How to compute if a multivector inverse exists in Clifford Algebra

Suppose we have a 4 dimension positive signature clifford algebra. In Calculating the inverse of a multivector and Inverse of a general nonfactorizable multivector, the inverse of a multivector is presented as a solution when vectors/bivectors are present

$$B^{-1} = \frac{B^\dagger}{B B^\dagger}$$

but the above is not true for any multivector. For example, how to know if

$$(1+e_{1234})^{-1}$$

exists and how to compute it?

Naively speaking, the existence of inverses will depend on the signature $$(p,q)$$ of the quadratic space $$\mathbb{R}^{p,q}=(\mathbb{R}^{p+q},g)$$, in which for an orthonormal basis $$\{e_i\}_{i=1}^{n=p+q}$$ and $$v=\sum v^ie_i$$ we have $$g(v,v)=(v^1)^2+(v^2)^2+\cdots+(v^p)^2-(v^{p+1})^2-\cdots-(v^{p+q})^2.$$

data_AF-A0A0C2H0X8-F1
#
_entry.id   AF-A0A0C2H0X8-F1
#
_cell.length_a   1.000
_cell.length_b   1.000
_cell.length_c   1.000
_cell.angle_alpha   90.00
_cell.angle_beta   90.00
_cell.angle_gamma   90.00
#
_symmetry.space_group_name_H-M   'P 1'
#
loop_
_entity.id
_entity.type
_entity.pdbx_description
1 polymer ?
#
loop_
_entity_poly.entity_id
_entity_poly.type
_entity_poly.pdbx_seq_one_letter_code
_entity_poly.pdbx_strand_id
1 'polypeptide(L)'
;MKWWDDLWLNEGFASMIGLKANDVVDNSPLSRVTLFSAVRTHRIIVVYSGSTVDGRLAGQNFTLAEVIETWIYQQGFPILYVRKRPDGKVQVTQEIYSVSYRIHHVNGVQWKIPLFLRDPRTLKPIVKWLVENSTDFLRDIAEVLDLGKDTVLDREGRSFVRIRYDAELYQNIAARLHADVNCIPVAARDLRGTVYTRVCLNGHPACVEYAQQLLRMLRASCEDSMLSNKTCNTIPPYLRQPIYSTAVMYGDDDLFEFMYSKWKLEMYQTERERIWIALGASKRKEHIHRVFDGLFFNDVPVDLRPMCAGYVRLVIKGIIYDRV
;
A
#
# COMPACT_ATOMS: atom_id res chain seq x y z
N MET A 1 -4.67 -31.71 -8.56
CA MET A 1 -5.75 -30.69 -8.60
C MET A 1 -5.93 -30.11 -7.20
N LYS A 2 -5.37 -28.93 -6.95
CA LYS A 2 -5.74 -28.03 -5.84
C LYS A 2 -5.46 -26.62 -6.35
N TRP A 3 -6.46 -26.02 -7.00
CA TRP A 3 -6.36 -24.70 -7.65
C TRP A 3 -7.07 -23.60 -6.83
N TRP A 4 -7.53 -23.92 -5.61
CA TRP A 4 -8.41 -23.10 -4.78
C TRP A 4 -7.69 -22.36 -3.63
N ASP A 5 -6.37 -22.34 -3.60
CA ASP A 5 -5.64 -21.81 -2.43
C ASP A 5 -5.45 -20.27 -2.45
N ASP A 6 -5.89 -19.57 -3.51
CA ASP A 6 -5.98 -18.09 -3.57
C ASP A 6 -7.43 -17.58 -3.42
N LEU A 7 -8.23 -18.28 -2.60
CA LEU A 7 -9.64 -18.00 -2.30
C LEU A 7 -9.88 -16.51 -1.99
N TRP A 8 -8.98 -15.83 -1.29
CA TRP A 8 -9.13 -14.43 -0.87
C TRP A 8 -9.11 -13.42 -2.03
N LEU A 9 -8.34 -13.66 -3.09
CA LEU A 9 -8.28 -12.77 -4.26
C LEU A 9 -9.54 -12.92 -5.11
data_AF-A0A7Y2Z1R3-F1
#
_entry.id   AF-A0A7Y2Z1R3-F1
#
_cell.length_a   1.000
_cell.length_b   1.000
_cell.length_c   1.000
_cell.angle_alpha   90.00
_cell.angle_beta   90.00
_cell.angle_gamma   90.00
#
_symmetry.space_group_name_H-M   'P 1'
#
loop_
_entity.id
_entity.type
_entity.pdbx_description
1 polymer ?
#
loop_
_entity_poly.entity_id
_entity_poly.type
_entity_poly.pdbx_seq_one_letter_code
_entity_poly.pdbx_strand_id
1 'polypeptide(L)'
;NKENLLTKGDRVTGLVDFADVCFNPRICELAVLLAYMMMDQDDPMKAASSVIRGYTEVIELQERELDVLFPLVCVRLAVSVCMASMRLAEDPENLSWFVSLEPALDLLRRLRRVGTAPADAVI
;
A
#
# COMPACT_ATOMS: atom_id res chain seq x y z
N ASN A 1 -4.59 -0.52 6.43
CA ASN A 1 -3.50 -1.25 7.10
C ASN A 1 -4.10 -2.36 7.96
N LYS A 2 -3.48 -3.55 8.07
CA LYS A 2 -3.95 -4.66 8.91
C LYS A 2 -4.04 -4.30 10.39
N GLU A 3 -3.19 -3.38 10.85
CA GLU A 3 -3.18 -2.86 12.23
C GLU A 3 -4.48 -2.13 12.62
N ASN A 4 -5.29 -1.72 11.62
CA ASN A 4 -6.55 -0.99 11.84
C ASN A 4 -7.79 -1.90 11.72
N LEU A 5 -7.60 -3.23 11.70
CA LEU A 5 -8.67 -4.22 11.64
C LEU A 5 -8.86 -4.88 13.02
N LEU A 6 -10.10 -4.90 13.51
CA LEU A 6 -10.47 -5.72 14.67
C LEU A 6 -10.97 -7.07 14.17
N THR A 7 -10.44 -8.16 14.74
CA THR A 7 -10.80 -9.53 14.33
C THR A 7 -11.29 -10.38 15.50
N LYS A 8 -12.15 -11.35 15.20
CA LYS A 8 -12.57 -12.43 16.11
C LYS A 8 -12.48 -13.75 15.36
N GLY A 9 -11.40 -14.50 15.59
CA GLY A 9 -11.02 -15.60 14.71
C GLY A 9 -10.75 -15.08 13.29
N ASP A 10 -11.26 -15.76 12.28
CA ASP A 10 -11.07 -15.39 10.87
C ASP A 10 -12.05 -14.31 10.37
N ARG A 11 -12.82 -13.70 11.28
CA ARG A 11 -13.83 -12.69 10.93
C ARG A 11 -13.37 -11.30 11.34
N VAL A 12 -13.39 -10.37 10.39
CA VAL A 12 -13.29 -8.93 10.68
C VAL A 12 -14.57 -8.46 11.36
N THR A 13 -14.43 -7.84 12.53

For your example, notice that if $$(e_{1234})^2=-1$$, then $$(1+e_{1234})\frac{1}{2}(1-e_{1234})=1,$$ which means that $$(1+e_{1234})^{-1}=\frac{1}{2}(1-e_{1234})$$.
Now, if $$(e_{1234})^2=1$$, then there is no inverse for $$(1+e_{1234})$$, which is due to the fact that $$x\overline{x}=0$$. More specifically, one can derive conditions for which there are inverses for the cases where $$p+q=n\leq 5$$. The discovery of new faster methods for higher dimensions, which do not depend on the signature is a problem still under development as of today. As an example, we could cite this.